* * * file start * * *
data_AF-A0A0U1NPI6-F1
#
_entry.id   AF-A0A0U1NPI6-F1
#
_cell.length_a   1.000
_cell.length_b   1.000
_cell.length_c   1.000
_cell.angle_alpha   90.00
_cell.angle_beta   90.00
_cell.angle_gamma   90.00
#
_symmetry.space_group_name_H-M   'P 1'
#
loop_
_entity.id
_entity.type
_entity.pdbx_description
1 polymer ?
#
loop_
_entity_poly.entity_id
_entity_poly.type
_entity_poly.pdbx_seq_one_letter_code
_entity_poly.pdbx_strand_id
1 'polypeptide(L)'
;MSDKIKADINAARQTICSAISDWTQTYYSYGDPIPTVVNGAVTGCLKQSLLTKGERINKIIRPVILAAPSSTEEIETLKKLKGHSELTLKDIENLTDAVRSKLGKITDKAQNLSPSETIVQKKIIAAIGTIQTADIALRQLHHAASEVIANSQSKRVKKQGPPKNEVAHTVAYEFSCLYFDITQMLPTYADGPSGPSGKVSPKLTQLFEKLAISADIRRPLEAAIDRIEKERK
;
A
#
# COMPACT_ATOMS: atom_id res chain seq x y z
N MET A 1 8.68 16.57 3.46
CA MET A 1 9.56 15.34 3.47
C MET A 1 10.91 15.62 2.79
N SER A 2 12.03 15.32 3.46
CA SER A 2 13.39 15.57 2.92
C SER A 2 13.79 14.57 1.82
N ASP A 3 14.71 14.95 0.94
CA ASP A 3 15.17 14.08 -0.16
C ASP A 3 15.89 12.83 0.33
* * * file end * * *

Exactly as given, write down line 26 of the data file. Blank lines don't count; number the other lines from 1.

;MSDKIKADINAARQTICSAISDWTQTYYSYGDPIPTVVNGAVTGCLKQSLLTKGERINKIIRPVILAAPSSTEEIETLKKLKGHSELTLKDIENLTDAVRSKLGKITDKAQNLSPSETIVQKKIIAAIGTIQTADIALRQLHHAASEVIANSQSKRVKKQGPPKNEVAHTVAYEFSCLYFDITQMLPTYADGPSGPSGKVSPKLTQLFEKLAISADIRRPLEAAIDRIEKERK